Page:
Archer and Armstrong: Escape From Gulag 396 Review: Full of Surprises

Obadiah Archer has one constant in his life. It doesn’t matter if it’s a manifested Stalinverse or his normal timeline. Archer’s faith, his belief in the power of prayer will once again get him to where he needs to be. Then there’s the immortal Armstrong. His need to be left alone with his demons puts him on a direct collision course with the young man, in this world, who never once raises his fist to get what he needs from those seemingly more powerful.

In ‘Divinity III: Escape From Gulag 396’ we see the continuing effects of this alternate reality. Archer defines himself as a criminal since he has stolen several times. Having characterized himself as such, he is now in the role of the subversive. Inadvertently this leads him to his partner Armstrong. Seeing Armstrong you get the sense that he is not trapped in the gulag. Instead he has imprisoned himself with his memories. After living for so many centuries, Armstrong is tired. He doesn’t care what reality he’s in as long as he’s left to wallow in his own ennui. Still, in his confrontation with Abram Ninjak could have used Archer. Not because of his physical training, but for his reasoning. In this issue Archer is able to meet with Armstrong and in doing so surprises the reader and perhaps Armstrong himself.

There is no levity in this created world. The usual lightheartedness that fills Archer and Armstrong in their respective series is mostly absent here. But that doesn’t mean that writer Eliot Rahal doesn’t get to play with the ironic, dry-wit streak that tends to run amuck with these two men. At one point Armstrong is given by Archer the book ‘The Epic of Gilgamesh.’ The incredulous look on the large man’s face is priceless. In the ancient story Gilgamesh is a physically good-looking man, who is also a wanton despot. In reaction to Gilgamesh’s ways, the wild man Enkidu is created. Both men ironically become friends. And as a result of Enkidu’s death, Gilgamesh begins his own personal journey. Here are two men who should have nothing in common, yet become more than friends. The same goes for Archer and Armstrong. On the outside they may have exchanged one prison for another. Archer believes in Armstrong even if the immortal does not believe in anything, much less himself. Rahal shows us that friendship, despite circumstances could never be fully broken. It’s like the comic book cover where you see Archer determinedly forcing his way out through concrete. The possibility of freedom seems to drive him, but the connection to one person in particular is what helps him succeed.

The myths also increase with Matt Kindt’s origin of ‘The Pioneer.’ A force of nature this woman becomes the last of her kind. You get the sense that she has been manipulated by the powers that be to become a weapon for them. Unknowingly, she decimates who she believes responsible for her people’s destruction. It is another example of the destructive forces of the one manipulating this Stalinverse. The one question remains in this comic book crossover, how will this all end?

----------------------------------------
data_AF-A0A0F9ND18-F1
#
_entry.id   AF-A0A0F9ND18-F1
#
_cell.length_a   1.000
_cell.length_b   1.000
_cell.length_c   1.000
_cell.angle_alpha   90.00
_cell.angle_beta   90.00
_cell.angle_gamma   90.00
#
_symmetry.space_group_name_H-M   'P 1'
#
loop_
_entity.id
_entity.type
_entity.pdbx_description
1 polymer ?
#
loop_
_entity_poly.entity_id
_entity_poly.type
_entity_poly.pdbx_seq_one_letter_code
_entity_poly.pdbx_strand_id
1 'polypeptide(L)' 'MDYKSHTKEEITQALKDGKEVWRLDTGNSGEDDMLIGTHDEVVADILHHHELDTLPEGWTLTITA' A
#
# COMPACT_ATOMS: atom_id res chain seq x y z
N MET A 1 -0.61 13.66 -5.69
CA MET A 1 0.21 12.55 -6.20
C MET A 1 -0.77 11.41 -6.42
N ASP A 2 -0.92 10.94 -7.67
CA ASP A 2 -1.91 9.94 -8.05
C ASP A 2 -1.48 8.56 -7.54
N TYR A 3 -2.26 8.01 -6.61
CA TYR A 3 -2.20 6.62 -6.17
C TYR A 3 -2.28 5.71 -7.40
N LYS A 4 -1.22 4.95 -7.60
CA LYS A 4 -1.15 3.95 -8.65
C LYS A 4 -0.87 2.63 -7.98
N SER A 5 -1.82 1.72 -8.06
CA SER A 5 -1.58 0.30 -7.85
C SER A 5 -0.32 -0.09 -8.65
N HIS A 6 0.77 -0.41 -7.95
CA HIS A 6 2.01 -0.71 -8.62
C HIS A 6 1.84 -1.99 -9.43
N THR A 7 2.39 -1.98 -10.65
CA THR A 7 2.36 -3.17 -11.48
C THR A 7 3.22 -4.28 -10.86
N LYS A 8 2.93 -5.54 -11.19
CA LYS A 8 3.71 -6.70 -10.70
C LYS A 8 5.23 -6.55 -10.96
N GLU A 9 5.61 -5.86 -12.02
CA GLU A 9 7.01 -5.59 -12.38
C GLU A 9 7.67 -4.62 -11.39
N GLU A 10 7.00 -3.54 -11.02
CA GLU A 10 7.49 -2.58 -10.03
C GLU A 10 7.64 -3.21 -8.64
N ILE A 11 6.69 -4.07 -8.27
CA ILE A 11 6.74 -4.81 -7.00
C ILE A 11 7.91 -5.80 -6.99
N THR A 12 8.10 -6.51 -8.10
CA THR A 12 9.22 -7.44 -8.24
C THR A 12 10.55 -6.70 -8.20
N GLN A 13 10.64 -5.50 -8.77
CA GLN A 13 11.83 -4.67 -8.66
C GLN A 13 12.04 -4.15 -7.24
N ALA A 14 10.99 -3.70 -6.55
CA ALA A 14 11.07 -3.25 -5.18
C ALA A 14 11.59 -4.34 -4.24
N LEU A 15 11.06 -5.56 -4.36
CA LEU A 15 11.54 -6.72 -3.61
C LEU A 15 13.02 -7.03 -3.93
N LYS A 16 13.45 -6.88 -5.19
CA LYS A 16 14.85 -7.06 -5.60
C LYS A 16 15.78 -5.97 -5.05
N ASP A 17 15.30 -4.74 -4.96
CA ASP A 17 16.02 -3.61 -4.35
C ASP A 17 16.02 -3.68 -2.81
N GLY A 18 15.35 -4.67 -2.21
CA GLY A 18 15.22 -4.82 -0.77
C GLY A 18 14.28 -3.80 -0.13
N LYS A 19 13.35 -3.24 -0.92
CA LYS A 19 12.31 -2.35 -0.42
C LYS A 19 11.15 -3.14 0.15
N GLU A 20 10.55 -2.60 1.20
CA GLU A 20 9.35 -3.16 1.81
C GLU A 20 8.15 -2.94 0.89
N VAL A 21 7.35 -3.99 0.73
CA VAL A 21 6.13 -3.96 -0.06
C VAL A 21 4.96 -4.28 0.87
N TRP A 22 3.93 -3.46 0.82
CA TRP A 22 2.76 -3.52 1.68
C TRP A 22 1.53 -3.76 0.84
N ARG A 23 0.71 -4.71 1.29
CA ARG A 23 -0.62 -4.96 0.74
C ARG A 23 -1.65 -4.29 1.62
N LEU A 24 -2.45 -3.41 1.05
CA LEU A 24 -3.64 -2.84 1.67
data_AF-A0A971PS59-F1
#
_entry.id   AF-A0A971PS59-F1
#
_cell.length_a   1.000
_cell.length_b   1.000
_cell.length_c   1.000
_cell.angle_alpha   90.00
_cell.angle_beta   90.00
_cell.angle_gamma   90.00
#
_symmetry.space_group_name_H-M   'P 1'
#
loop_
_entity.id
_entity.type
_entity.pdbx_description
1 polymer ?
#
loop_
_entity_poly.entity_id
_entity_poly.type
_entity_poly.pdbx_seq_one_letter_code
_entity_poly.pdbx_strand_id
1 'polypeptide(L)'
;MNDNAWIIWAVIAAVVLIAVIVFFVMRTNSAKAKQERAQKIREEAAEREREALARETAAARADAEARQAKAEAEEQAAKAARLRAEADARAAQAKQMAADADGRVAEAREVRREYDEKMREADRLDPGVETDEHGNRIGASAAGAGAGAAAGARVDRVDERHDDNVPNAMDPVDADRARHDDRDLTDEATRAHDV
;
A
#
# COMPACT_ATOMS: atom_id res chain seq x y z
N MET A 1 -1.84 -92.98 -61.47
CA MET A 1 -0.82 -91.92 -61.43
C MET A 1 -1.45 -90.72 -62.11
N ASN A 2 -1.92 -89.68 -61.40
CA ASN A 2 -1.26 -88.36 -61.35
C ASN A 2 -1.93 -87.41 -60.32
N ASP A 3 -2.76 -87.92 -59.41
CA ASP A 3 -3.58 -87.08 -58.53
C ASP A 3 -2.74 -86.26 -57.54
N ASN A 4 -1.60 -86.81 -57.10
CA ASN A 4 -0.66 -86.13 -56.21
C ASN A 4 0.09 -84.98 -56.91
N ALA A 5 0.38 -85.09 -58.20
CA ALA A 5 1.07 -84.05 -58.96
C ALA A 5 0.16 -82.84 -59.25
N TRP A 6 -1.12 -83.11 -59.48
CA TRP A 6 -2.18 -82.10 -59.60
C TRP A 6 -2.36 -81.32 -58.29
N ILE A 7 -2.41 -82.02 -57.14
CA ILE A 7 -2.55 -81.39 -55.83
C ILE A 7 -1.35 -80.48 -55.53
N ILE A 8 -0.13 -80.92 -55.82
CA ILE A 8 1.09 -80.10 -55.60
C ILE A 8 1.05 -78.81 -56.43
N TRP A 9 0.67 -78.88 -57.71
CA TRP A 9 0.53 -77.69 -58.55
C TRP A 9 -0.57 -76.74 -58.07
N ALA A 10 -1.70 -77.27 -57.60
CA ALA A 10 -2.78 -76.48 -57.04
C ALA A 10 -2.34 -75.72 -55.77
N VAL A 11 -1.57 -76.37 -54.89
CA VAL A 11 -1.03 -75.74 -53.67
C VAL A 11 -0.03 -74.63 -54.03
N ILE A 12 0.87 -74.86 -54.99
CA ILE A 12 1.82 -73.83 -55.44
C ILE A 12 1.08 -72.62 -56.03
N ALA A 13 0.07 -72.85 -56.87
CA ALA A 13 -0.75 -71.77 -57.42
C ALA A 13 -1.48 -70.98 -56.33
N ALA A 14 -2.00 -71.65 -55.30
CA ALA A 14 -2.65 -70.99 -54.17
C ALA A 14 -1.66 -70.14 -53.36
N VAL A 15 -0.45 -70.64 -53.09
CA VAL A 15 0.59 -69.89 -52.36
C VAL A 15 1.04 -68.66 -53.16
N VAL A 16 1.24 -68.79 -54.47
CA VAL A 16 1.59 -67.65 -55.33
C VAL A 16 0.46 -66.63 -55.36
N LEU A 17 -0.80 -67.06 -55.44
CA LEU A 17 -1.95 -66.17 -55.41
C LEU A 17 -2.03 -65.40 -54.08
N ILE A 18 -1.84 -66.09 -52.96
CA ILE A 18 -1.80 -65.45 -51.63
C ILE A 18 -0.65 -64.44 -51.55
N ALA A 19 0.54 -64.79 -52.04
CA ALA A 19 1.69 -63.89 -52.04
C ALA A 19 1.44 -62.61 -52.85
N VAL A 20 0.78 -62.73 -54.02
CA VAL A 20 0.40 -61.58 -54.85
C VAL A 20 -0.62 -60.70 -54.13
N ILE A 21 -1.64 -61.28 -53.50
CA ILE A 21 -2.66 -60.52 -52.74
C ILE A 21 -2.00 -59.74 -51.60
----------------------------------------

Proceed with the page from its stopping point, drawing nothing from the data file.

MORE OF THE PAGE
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Donna-Lyn Washington

I’ve been the go-to person of obscure information that I’ve picked up from reading, watching movies and television and a fetish for 80’s-90’s music since I learned to talk. I enjoy the fact that for a long time I was the only one who knew that “Three’s Company” was a rip-off of the British Comedy “Man About the House.” Although I am knowledgeable on a multitude of subjects, my lisp and stutter would get in the way of my explanations and I could only save a dry-witty phrase for the written word – so I consider writing to be a path-working to fully express my ideas. Knowing the terror of formal writing, I currently teach at Kingsborough Community College in hopes of helping others overcome the fear that once gripped my heart as a speaker of words.

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I’ve been the go-to person of obscure information that I’ve picked up from reading, watching movies and television and a fetish for 80’s-90’s music since I learned to talk. I enjoy the fact that for a long time I was the only one who knew that “Three’s Company” was a rip-off of the British Comedy “Man About the House.” Although I am knowledgeable on a multitude of subjects, my lisp and stutter would get in the way of my explanations and I could only save a dry-witty phrase for the written word – so I consider writing to be a path-working to fully express my ideas. Knowing the terror of formal writing, I currently teach at Kingsborough Community College in hopes of helping others overcome the fear that once gripped my heart as a speaker of words.

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